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NFL draft: Addressing the Bucs' greatest need

 
General manager Jason Licht speaks during a press conference announcing the upcoming season of HBO's "Hard Knocks" featuring the Buccaneers at One Buccaneer Place in Tampa, Fla., on Wednesday, April 19, 2017. The show focuses on behind-the-scenes moments to give viewers a deeper look into NFL teams.
General manager Jason Licht speaks during a press conference announcing the upcoming season of HBO's "Hard Knocks" featuring the Buccaneers at One Buccaneer Place in Tampa, Fla., on Wednesday, April 19, 2017. The show focuses on behind-the-scenes moments to give viewers a deeper look into NFL teams.
Published April 26, 2017

TAMPA — When it comes to the NFL draft under Bucs general manager Jason Licht, the offense has played with too many men on the field.

The first two years, Licht took only one player on defense: LSU linebacker Kwon Alexander in the fourth round in 2015 — a terrific talent who already is among the league's best at his position.

In fact, only five of the Bucs' 20 draft picks under Licht have been used on defense, including four last year.

While there is an abundance of talent at running back, receiver and tight end that promises to be selected in the early rounds of this draft, which begins Thursday, there's a pretty good argument to be made that the Bucs' biggest needs are on defense.

Specifically, Licht has to address an aging defensive line with Gerald McCoy (29), Clinton McDonald (30) and Robert Ayers (31). He began that process by selecting defensive end Noah Spence from Eastern Kentucky in the second round last year. While the Bucs made Florida cornerback Vernon Hargreaves their first-round pick in 2016, starter Brent Grimes will be 34 in July.

The Bucs don't need to apologize for building around Jameis Winston and securing more weapons or protection. But Licht admits defensive coordinator Mike Smith should be pounding the table for help on draft day because there's no denying the Bucs' biggest needs are on defense.

"You could say that, but we're still not going to go too far off of our board," Licht said. "We feel good, based off of the team we have right now, we could line up and play and we feel pretty good about it. We're in a position right now where we still can take the best player available.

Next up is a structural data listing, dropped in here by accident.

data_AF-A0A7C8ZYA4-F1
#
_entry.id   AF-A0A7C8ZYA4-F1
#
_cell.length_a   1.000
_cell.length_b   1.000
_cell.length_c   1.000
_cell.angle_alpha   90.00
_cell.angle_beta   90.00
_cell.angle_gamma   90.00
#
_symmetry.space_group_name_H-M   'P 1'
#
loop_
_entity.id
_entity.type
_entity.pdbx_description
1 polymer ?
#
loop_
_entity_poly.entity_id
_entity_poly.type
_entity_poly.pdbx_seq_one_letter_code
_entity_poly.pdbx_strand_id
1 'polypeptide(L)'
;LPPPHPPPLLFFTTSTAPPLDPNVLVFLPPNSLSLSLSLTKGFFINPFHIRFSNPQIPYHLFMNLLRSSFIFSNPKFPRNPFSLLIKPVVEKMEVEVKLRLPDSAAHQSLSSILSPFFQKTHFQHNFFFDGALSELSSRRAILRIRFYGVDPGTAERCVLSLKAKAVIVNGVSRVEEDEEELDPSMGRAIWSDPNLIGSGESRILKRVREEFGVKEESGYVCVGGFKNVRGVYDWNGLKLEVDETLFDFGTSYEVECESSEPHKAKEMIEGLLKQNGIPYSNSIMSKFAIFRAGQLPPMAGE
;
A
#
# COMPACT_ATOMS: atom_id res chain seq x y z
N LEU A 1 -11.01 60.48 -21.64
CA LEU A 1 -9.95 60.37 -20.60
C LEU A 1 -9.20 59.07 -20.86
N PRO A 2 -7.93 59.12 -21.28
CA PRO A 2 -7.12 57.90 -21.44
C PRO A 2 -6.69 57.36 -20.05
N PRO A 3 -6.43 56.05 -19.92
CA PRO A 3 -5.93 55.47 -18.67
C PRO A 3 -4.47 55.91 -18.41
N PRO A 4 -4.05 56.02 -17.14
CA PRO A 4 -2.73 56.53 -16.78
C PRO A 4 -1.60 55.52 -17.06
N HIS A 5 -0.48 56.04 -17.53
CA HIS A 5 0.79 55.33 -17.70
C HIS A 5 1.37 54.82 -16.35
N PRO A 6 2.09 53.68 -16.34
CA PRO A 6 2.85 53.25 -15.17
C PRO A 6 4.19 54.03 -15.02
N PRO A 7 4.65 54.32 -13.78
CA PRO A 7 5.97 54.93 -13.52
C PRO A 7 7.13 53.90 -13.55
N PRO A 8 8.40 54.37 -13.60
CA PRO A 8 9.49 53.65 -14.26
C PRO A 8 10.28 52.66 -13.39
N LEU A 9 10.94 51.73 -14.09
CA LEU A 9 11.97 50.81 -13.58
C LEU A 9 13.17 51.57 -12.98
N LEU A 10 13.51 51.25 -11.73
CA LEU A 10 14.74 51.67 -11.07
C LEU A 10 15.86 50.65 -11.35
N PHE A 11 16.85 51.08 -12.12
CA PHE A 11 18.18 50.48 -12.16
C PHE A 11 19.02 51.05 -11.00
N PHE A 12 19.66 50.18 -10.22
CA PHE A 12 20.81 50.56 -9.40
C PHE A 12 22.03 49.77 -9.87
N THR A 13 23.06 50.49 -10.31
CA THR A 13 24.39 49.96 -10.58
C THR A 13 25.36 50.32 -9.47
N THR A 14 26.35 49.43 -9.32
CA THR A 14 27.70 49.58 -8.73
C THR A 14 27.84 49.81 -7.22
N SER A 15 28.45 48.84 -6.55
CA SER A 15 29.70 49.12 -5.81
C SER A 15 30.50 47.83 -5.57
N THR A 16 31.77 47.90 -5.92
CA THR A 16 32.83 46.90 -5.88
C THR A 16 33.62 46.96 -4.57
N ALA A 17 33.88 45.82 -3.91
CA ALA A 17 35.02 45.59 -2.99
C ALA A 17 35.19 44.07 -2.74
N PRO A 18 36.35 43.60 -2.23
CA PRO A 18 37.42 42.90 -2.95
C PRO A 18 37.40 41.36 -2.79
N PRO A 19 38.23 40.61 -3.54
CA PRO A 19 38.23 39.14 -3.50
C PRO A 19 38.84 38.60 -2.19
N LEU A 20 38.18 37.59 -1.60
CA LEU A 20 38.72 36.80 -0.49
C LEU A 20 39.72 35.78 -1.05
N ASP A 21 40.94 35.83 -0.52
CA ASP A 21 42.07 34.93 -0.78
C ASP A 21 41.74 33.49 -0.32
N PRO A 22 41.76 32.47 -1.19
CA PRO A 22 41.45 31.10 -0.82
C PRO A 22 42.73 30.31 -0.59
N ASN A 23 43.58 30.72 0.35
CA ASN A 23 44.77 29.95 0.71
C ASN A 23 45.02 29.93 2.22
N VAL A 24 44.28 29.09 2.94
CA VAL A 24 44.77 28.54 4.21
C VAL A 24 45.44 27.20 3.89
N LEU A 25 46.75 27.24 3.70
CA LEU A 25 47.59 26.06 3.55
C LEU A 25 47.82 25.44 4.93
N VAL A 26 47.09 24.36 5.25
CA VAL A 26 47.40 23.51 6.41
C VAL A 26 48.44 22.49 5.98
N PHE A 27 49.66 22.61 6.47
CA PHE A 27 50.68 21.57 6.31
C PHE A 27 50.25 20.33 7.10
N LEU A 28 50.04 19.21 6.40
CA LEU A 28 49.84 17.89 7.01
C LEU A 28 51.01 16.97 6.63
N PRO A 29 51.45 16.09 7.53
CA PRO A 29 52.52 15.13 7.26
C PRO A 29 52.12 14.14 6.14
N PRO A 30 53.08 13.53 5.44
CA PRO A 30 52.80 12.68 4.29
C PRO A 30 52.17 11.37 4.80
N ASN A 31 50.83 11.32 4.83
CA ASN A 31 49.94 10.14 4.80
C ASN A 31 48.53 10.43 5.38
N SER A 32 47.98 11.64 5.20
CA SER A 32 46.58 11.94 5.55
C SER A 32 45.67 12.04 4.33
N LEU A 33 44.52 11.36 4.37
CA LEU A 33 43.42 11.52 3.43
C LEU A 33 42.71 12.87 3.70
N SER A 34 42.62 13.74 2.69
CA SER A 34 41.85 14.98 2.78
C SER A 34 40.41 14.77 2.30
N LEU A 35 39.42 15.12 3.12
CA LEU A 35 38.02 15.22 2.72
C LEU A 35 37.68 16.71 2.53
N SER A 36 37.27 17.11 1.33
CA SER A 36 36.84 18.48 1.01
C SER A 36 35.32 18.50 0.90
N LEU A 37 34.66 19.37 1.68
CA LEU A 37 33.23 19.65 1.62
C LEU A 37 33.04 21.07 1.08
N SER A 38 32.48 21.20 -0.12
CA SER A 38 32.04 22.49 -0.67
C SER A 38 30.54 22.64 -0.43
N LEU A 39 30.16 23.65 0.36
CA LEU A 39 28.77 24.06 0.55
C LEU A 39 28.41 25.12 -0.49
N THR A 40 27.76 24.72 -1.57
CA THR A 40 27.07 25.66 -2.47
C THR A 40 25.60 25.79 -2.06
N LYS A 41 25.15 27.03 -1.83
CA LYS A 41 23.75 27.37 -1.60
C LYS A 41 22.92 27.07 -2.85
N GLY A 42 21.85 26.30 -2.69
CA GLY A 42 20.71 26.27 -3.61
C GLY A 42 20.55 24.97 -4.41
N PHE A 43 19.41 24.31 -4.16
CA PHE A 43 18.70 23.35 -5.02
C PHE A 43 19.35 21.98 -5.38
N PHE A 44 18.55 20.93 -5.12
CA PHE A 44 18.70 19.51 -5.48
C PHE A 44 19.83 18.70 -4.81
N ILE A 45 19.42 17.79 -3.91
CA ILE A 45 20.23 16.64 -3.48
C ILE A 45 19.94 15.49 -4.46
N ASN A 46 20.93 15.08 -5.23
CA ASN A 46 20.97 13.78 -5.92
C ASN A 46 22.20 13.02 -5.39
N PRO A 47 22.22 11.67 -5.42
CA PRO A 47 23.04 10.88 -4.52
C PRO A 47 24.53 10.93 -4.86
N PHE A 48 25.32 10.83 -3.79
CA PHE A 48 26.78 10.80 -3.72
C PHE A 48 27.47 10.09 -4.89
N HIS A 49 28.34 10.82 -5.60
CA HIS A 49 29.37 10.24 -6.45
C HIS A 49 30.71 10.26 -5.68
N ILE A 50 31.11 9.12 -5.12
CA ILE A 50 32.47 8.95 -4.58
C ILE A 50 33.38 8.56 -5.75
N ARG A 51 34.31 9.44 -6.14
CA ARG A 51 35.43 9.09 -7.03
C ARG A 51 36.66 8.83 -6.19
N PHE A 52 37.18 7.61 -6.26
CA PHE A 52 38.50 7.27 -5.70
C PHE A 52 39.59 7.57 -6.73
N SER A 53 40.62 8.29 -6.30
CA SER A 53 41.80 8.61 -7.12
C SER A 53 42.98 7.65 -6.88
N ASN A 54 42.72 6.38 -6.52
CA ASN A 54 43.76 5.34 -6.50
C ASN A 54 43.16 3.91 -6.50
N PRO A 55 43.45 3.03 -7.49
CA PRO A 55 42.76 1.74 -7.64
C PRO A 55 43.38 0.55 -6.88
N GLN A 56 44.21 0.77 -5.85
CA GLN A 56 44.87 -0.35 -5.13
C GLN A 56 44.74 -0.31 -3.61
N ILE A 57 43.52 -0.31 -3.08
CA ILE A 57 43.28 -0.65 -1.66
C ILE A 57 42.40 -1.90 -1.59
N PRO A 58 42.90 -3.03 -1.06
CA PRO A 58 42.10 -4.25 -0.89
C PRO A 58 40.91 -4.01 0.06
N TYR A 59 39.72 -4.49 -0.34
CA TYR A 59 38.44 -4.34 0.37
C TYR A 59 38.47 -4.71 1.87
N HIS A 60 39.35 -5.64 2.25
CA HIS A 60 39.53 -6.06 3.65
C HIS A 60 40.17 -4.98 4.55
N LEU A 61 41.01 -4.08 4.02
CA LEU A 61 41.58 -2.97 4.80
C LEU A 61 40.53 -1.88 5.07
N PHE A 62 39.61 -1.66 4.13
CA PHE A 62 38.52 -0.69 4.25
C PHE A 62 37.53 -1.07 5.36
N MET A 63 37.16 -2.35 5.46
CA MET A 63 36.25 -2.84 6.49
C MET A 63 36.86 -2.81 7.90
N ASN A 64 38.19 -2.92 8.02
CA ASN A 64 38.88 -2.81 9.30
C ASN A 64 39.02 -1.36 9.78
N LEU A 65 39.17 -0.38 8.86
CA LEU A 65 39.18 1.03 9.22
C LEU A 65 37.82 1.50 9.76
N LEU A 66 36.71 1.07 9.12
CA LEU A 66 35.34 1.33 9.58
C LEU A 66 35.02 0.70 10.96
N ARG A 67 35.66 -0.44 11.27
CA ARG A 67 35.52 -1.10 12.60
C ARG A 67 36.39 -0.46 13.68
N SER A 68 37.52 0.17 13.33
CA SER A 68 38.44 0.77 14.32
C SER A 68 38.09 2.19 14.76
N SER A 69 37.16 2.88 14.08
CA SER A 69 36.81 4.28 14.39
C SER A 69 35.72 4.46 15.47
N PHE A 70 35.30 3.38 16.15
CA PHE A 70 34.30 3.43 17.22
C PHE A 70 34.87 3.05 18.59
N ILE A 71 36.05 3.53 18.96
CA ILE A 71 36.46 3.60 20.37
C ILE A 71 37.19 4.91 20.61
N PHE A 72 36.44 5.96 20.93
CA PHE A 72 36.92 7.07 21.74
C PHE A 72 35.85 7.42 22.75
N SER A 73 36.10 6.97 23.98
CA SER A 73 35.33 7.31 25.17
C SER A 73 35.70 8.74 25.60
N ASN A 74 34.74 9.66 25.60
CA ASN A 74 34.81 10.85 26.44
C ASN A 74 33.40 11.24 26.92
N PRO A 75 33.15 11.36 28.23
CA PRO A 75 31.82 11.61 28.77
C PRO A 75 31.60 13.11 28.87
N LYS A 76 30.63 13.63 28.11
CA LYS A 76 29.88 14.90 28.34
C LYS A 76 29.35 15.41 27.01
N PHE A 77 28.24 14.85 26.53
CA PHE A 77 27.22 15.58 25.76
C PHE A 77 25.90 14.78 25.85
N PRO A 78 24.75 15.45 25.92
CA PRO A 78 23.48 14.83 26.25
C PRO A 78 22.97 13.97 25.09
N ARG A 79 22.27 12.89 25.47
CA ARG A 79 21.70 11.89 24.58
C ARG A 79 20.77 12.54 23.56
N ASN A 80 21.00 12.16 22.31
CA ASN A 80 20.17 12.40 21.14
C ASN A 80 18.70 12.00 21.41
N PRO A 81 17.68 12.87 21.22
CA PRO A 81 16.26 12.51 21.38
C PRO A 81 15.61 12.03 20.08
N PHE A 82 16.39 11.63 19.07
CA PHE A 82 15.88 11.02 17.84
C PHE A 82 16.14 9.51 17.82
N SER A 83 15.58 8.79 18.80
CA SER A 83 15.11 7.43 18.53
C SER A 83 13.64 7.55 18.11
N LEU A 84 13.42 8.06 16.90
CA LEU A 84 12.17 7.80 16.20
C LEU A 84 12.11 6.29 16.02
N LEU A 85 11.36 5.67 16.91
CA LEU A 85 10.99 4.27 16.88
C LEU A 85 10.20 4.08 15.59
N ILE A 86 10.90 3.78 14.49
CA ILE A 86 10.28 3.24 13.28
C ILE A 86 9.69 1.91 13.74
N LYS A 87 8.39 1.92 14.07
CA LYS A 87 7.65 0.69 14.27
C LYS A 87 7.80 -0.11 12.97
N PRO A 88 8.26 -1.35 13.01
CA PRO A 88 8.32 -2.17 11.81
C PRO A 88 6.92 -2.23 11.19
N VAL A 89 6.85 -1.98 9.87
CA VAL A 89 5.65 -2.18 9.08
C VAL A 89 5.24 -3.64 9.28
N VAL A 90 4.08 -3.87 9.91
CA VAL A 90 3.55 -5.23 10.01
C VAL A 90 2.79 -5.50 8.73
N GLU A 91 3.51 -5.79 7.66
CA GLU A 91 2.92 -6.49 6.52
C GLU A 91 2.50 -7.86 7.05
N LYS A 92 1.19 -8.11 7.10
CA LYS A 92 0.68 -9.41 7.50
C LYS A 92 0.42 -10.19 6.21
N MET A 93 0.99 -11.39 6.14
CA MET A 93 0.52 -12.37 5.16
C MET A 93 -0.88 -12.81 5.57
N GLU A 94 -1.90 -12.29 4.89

"A lot of times you take the player that may look like, 'Why are they taking him? They are loaded at that position or they have bigger needs at another position.' But that player usually at some point, you look back and you say, 'I don't know where we would be without that player.' So, I'm not trying to tip our hand or anything. We have multiple places on this roster that we can add talent to."

Licht is right. You can't reach for a player of need and ignore a better player at a position where you might have one or two quality starters.

Say the Bucs were focused on acquiring a safety, and the best available at No. 19 was Washington's Budda Baker. He has good range and coverage ability, something the Bucs have lacked from the position. But he is a bit undersized at 5-10, 195 pounds.

At the same time, what would the Bucs do if Baker's Huskies' teammate, receiver John Ross, also were available? Ross ran the fastest 40-yard dash in NFL combine history at 4.22. He was very productive last season after recovering from ACL surgery and had 76 catches for 1,122 yards and 17 touchdowns.

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The Bucs signed Redskins free agent DeSean Jackson to stretch the field opposite Mike Evans. But Jackson is 30. Eventually, the Bucs will need a younger receiver with wheels.

Any defensive position that can affect the quarterback has to be a priority. In addition to facing the normal array of NFC South passers such as the Saints' Drew Brees and the past two NFL MVPs — the Falcons' Matt Ryan and the Panthers' Cam Newton — the Bucs also will face Super Bowl quarterbacks Tom Brady, Eli Manning and Aaron Rodgers.

Tampa Bay allowed opposing quarterbacks to pass for 4,246 yards and 24 touchdowns last season. The Bucs re-signed safety Chris Conte and added Cowboys free agent J.J. Wilcox to go with Keith Tandy, who tied for the club lead with four interceptions in five starts. The Bucs plan to move Ryan Smith, their fourth-round pick a year ago, from safety to cornerback, where they have little depth.

In Mike Smith's first season, the Bucs finished 18th in total defense (346.4 yards per game) and 15th in scoring defense (23.1 per game). Eight of the league's top 10 scoring defenses reached the playoffs.

Weapons for Winston is great. But what will really help the Bucs quarterback is to get the ball back to him more often.

Contact Rick Stroud at rstroud@tampabay.com. Follow @NFLStroud.